For about an hour this afternoon, maybe two, somebody with access to the Twitter account at the Badlands National Park became a hero on social media when she wrote several “tweets” about climate change and posted them on the park’s Twitter feed. This was kind of a big deal because the Trump administration scrubbed all mention of climate change from government web sites within hours of Trump taking office, and on Monday many government agencies were forbidden from releasing information to the public or make public appearances without authorization.

I let out a little cheer when I saw the first tweet, and I have to admit I got a little choked up when whoever it was kept it up through three or four tweets. In my mind’s eye I pictured a National Park Service ranger hunched over a computer terminal, hurriedly batting away at the keyboard in with one eye on the door, waiting for the sound of his supervisor angrily stomping down the hall to put a stop to her insolence. For some reason, I imagined it was a woman doing the rebelling.

She managed to write four or five tweets before she was stopped and the tweets were deleted. By then, everybody on Twitter was sharing the tweets, and by the time I got home I found that several people I knew of Facebook were sharing them, too.

I didn’t realize the deeper significance of what that ranger wrote until I read this from Angus Johnston, a CUNY history professor:

The quote in the tweet is from the 1916 law that established the National Park Service. Here’s a fuller version of the quote: “To conserve the scenery and the natural and historic objects and the wild life therein and to provide for the enjoyment of the same in such a manner and by such means as will leave them unimpaired for the enjoyment of future generations.”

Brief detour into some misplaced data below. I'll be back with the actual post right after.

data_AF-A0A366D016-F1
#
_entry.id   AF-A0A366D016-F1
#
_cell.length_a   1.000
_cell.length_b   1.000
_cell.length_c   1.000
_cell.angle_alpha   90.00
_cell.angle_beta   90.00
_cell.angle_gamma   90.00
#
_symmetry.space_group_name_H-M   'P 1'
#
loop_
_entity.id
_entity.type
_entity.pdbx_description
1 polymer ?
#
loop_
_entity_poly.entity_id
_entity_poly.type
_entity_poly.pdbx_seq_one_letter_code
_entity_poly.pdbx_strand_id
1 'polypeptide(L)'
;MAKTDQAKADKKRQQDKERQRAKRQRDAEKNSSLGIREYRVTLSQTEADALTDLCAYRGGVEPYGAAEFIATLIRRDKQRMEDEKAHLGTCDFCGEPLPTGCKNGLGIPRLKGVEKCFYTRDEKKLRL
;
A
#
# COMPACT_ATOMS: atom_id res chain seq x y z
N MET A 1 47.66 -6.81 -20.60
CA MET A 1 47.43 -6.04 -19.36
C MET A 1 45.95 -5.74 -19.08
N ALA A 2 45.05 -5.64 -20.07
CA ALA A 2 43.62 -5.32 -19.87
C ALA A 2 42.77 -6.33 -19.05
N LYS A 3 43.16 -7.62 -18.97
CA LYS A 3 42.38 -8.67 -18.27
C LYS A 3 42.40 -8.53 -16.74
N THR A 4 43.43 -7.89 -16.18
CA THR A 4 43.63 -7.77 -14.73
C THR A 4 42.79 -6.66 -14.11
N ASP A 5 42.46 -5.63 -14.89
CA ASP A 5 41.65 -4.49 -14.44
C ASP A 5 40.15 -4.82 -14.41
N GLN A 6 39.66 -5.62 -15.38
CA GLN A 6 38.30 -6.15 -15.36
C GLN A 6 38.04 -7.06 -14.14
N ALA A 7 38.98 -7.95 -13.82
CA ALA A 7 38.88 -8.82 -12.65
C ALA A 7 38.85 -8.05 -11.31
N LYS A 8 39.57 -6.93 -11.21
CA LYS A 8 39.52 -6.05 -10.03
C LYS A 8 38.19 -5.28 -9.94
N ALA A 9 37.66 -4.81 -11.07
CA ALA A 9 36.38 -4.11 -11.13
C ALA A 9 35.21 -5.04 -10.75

The context for this quote is not just the future of the NPS itself, but also a Republican proposal to expedite divestment of federal land. The proposal, which already passed the House, would streamline opening up land now held by the govt to development. Dumping federal land on the cheap would be a windfall for developers and deprive the rest of us access.

The folks at @BadlandsNPS are risking their jobs to tell us that we are risking our heritage and our future. This land is our land. We must cherish it, protect it, and preserve it — unimpaired for the enjoyment of future generations.

The tweet with which I started this thread, a quote from the 1915 law that established the National Parks Service, has been deleted. “And by such means as will leave them unimpaired for the enjoyment of future generations.” Deleted. Purged. A National Park tweeted a quote from the hundred-year-old law that established the National Parks Service, and was forced to erase it.

You want to know who these people are? This is who they are. You want to know what’s coming? They just gave you a taste. Totalitarians enforce compliance in small things because they know that small freedoms give you an appetite for bigger ones.


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